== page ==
How to Publish Your Children’s Book provides a working knowledge of the children’s book publishing process, explains the importance of understanding audiences and marketplaces, and offers a proven system for selecting and approaching the right publishing firms. The author also offers practical tips and advice from experienced editors and publishers, as well as insights from such popular children’s book authors as Jane Yolen and Johanna Hurwitz.
How to Publish Your Children's Book - "Terrific...It's really one of the best books on the topic that we've ever seen." —Write4Kids.com
Liza N. Burby received her degree in journalism from St. John’s University in New York. She is an award-winning author of over thirty-five nonfiction history, science, health, and social issue books for children from elementary school age through high school.
Table of contents
A Note on Gender
1. An Introduction
2. Where Does Your Book Fit In?
3. The Business of Children’s Book Publishing
4. Choosing the Right Publisher
5. Preparing the Package
6. Using the Square One System
7. The Deal
8. When It Doesn’t Happen
Introduction or preface
If editors could give writers just one piece of advice, it would be this: Find out what the publisher wants before submitting your proposal so that you don’t waste everybody’s time by sending the wrong materials to the wrong company. Fortunately, most publishers make this a fairly simple task. In their writer’s guidelines, publishers tell you exactly what genres and categories they will and won’t accept, as well as how they want to be contacted and what they want to receive. And these companies mean what they say. In fact, some writer’s guidelines bluntly state that the publisher will return any proposal--unread--if it does not conform with the company’s guidelines.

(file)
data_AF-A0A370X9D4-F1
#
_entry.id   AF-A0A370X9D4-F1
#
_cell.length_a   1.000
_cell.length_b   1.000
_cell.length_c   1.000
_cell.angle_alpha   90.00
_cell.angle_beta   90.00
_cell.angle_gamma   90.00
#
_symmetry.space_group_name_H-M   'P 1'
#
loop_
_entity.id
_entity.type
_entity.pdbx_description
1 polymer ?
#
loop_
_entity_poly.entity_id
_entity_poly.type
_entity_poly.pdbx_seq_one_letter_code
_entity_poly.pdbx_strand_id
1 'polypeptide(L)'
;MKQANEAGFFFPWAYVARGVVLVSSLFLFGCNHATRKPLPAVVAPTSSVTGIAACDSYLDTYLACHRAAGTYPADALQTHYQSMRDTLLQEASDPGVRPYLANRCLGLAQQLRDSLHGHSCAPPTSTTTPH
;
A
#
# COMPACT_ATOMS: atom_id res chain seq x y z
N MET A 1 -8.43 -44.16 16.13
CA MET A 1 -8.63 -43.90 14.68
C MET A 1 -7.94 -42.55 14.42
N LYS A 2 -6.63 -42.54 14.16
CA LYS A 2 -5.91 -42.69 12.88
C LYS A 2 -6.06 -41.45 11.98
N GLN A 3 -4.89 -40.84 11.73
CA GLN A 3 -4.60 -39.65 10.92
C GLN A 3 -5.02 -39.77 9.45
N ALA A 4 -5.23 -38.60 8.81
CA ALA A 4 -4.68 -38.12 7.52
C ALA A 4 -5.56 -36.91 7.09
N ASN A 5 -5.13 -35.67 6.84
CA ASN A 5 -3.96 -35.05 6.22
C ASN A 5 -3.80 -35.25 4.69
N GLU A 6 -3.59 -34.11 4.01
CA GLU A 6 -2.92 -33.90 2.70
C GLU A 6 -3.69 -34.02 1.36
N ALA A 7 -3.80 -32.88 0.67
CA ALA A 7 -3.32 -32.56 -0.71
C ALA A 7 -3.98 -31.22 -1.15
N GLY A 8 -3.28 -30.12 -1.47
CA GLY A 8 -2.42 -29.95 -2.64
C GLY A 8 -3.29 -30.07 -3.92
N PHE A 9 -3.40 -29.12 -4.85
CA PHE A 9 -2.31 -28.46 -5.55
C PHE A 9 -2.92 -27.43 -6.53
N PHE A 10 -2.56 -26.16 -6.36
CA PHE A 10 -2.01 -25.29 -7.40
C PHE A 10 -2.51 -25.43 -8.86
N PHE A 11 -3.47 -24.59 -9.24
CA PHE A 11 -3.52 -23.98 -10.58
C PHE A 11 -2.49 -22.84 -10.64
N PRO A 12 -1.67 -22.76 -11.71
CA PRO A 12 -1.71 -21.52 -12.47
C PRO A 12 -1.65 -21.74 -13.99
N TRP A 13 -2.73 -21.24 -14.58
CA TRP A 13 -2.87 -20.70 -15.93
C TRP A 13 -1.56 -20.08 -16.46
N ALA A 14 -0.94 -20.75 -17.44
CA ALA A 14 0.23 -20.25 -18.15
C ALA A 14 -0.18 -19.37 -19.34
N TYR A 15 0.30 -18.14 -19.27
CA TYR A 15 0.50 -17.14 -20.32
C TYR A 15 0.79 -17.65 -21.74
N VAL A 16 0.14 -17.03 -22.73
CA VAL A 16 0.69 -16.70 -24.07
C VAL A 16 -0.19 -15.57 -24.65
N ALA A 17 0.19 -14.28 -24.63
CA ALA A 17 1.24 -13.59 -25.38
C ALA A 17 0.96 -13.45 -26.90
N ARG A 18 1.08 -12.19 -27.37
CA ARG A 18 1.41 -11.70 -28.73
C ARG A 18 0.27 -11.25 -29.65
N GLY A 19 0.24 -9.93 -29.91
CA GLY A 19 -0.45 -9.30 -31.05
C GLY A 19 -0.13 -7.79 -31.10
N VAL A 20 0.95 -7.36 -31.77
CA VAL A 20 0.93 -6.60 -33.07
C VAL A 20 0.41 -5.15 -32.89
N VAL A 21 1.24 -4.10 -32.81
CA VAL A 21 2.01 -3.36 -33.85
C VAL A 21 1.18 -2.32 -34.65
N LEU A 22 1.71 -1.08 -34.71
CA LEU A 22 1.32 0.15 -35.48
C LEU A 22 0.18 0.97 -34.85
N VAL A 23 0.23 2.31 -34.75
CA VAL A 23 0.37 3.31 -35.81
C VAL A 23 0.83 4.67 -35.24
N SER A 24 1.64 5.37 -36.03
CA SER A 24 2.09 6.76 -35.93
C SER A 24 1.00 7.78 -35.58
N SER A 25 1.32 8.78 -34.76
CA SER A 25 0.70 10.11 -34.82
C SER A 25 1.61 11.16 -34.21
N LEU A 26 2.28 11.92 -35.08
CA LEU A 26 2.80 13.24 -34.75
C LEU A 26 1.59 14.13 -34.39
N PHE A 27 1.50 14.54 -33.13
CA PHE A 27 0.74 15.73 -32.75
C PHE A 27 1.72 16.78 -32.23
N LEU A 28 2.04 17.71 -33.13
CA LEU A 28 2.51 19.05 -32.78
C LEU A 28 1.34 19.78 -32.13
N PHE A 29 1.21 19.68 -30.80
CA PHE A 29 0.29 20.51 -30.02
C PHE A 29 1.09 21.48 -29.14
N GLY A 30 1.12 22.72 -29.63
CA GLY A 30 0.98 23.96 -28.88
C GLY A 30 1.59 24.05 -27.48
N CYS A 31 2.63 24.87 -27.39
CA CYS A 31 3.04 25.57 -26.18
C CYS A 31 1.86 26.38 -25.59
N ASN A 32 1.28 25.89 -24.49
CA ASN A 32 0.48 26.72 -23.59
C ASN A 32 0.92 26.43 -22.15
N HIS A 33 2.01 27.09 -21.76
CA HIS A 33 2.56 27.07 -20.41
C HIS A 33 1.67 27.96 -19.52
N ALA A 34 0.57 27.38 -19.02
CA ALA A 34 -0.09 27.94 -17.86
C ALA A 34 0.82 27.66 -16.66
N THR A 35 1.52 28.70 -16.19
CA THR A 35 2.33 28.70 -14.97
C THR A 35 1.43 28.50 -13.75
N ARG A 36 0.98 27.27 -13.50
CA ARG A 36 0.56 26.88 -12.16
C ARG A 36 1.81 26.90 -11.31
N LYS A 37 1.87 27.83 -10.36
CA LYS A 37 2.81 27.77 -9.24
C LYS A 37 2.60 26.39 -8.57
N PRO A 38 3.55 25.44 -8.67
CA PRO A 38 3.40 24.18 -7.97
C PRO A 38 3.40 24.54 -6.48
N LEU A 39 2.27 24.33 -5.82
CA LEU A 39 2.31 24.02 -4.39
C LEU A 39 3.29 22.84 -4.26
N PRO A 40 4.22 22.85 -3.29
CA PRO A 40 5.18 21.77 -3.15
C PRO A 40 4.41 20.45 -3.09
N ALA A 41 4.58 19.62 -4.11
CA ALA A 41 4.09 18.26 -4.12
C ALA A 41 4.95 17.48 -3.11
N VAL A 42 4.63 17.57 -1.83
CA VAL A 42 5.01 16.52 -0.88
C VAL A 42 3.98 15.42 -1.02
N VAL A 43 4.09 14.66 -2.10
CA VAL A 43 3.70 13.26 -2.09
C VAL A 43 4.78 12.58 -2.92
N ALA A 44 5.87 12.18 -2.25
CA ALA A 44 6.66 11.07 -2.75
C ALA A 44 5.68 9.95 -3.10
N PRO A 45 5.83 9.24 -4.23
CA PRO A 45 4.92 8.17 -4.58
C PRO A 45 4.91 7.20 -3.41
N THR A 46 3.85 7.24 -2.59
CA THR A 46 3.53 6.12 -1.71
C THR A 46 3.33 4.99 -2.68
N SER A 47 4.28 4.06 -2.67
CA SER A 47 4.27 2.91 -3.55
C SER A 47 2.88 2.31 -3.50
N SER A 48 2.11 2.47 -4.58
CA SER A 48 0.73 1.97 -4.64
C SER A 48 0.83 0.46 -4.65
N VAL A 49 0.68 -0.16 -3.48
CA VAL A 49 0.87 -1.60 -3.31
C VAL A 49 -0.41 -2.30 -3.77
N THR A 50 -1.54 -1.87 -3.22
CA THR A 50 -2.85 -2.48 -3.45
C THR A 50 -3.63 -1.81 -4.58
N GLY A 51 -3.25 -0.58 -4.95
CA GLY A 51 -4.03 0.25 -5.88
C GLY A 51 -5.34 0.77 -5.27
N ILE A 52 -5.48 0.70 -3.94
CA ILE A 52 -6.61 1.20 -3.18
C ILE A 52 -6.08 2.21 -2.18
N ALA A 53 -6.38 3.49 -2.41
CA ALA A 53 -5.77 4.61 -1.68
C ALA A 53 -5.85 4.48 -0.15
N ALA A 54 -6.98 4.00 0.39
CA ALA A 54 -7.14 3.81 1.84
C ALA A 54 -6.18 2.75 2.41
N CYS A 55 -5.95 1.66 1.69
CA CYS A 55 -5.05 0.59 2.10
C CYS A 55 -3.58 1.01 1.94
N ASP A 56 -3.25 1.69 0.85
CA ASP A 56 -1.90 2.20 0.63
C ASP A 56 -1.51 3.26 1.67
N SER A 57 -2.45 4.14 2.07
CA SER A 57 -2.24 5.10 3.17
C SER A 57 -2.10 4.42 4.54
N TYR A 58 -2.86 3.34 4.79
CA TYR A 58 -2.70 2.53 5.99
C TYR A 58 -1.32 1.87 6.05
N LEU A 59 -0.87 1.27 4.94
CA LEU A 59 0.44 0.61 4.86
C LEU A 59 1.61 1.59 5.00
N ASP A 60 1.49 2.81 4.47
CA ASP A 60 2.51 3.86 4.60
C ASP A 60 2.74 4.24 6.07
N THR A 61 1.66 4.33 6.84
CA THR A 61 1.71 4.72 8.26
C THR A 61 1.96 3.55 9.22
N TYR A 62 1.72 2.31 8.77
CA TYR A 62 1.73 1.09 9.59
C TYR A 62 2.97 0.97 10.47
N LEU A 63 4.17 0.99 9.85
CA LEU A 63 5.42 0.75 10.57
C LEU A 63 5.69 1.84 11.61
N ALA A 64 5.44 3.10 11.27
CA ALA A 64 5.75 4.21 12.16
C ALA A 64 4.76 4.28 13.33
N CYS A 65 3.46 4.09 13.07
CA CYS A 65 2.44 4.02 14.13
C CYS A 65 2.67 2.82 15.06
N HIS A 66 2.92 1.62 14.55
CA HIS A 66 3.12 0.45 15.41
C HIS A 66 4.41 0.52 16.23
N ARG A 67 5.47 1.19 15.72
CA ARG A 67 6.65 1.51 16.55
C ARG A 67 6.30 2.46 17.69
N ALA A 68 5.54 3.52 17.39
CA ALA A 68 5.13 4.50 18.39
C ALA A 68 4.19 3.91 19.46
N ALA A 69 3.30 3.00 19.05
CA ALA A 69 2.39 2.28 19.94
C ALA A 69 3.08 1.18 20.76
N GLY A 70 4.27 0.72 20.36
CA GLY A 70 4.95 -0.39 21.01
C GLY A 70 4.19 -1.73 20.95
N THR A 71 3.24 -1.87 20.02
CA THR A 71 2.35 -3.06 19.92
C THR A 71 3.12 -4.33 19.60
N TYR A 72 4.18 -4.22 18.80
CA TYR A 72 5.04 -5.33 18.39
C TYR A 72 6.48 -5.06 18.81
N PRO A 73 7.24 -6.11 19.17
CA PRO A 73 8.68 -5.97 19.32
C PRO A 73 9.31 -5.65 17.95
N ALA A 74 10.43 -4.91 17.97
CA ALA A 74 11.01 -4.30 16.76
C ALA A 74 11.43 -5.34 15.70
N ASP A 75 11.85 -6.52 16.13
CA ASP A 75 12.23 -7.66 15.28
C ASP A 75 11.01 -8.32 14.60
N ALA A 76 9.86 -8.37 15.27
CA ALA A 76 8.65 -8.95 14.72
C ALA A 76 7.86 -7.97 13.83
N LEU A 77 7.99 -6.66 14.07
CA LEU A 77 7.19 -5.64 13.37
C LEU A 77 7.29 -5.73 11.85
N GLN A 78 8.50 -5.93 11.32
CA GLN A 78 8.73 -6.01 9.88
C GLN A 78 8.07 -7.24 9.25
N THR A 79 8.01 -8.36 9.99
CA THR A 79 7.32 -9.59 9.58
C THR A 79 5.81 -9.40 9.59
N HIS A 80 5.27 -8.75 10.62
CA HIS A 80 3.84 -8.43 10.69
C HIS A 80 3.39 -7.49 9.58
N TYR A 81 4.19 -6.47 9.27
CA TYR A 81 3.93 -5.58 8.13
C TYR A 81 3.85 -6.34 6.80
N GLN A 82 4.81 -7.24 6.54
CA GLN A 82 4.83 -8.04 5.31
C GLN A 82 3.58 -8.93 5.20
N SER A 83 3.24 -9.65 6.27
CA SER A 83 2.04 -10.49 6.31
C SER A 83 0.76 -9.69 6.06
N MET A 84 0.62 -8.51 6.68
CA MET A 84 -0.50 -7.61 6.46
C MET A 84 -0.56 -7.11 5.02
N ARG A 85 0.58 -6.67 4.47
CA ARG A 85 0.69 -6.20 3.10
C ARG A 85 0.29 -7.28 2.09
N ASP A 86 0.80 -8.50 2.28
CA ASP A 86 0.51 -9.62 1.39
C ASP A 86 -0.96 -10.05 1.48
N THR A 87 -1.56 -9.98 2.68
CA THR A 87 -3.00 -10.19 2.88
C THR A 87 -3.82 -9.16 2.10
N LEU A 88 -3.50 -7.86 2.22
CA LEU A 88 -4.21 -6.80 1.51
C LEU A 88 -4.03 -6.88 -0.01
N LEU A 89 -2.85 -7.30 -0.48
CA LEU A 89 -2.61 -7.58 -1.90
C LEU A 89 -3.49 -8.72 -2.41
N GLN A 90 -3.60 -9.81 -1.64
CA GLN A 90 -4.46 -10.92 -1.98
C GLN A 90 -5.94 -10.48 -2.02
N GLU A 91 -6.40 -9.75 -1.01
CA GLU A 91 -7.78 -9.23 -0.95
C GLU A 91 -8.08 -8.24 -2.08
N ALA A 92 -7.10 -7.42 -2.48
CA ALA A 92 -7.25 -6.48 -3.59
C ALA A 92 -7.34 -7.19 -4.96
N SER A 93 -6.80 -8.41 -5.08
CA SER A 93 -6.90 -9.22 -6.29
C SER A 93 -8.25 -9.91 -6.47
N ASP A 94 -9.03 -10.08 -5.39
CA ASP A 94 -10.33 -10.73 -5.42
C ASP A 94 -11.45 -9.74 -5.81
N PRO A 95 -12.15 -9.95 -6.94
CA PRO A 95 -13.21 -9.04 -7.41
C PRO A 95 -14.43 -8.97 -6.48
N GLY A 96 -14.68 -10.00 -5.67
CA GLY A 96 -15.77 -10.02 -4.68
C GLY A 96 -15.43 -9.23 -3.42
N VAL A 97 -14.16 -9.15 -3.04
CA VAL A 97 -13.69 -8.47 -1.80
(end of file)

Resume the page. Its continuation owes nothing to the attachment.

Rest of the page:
Writer’s guidelines are not difficult to understand. They are generally clear and to the point, and although the occasional publisher offers several pages of do’s and don’ts, the average company offers only a page or two of instructions. The guidelines provided by a nonfiction book publisher, for instance, might look something like this: